Do they really belong in a Museum of Witchcraft?  I suppose they do - in our horribly secular world anything that is not 'ordinary reality' is by definition dodgy and when you add to that the cultural background of Christianity which has historically perceived anyone not adhering to its version of reality to be part of some sort of demonic conspiracy in league with the devil - then witchcraft it is.

But much of what is within this museum is nothing more than an expression of love for the enspirited natural world which we are part of and an understanding that there is more to it than meets the eye.

There are surely many country ways that still survive today, simple spells and blessings that are done even in the most un-witchy of households - ways that connect us through nature to a belief in something 'other'. Ways that are little more than the application of 'intention' to a thing or a task in the hopes of a particular outcome.

If these are witchcraft then long may it flourish and continue - and yes, I am a witch.

Monday, 2 June 2014

One Summer Doesn't Make A Swallow

The Cuckoos have been calling every morning and evening for most of May; calling for summer to get up off the wet grass where she's been lying and come and play in the fields. She can't seem to decide whether to shake her dew sodden skirts and fill the sky with water or swoop high and low with the swallows and picnic among the buttercups with the bees.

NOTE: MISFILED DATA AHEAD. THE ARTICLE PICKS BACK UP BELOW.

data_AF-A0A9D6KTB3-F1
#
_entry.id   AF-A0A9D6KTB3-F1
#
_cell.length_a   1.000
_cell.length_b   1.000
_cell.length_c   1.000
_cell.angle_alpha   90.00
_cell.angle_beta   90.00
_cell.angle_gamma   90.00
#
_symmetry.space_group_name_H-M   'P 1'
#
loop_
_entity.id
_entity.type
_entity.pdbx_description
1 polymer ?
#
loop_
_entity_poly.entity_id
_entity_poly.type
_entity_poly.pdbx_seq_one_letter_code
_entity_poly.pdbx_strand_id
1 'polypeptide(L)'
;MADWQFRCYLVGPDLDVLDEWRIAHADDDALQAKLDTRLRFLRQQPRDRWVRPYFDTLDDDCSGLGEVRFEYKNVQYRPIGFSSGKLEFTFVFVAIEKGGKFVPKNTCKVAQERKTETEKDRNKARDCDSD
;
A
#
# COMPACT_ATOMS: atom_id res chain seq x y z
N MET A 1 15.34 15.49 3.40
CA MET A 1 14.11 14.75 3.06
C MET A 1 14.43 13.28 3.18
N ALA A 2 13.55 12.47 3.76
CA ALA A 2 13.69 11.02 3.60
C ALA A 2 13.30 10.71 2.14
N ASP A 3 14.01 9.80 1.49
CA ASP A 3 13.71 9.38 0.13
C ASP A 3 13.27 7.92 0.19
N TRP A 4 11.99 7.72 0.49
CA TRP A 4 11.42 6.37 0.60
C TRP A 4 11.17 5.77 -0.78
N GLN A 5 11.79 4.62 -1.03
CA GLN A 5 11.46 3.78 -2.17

My Granny said it every year .... "one Swallow doesn't make a summer".  They are the first to arrive, these avian acrobats who twitter, squeak and gurgle their way through our summer mornings. They tend to come in dribs and drabs, hence the expression, but by June the nests are built, the eggs are cosily within and some of the first chicks have hatched.  (These pictures of fledglings are from last year.)

These are strange times, governments and big-business don't seem to care at all that they are poisoning our world, killing that wonderful living thing we depend upon for our survival.  I wonder if they have another planet - as yet undiscovered by the rest of us - that they can retreat to when they have ruined this one.  

To be truthful, although I know it's going on, I don't often experience first hand much of the mindless destruction of our natural resources in the little bubble of protected nature that is Dartmoor.  Life generally goes sweetly on, or at least it did until this year.  This year the uncountable numbers of Swallows who used to sit on the wires outside our house are reduced to four.  Yes FOUR!!  I cannot adequately express the sadness I feel as each day I scan the skies in the now seemingly hopeless search for more. 

Swallows are dependent on flying insects for their food - those same flying insects that GMO organisms and blithely sprayed pesticides are killing off as fast as they can.  Swallows are the heralds of an English summer when they arrive here to breed and the surest sign that Autumn is coming when they gather in long chirruping lines on the telephone wires as the nights grow colder.  

They use their aerial acrobatics to attract a mate and if you've ever seen them swooping and swerving through the air, hurtling earthwards and zigzagging low to the ground before hurling themselves skywards again you will know what a thrilling display this can be.  

In Ancient Egyptian mythology the Goddess Isis took the form of a Swallow in order to search for the pieces of Osiris, her dismembered lover.  For me these last Swallows are asking us to re-member, remember what we are, where we live, and what we have to lose if we don't look after it.  To remember that this is our one and only home; if we shut ourselves out, there is nowhere else to be.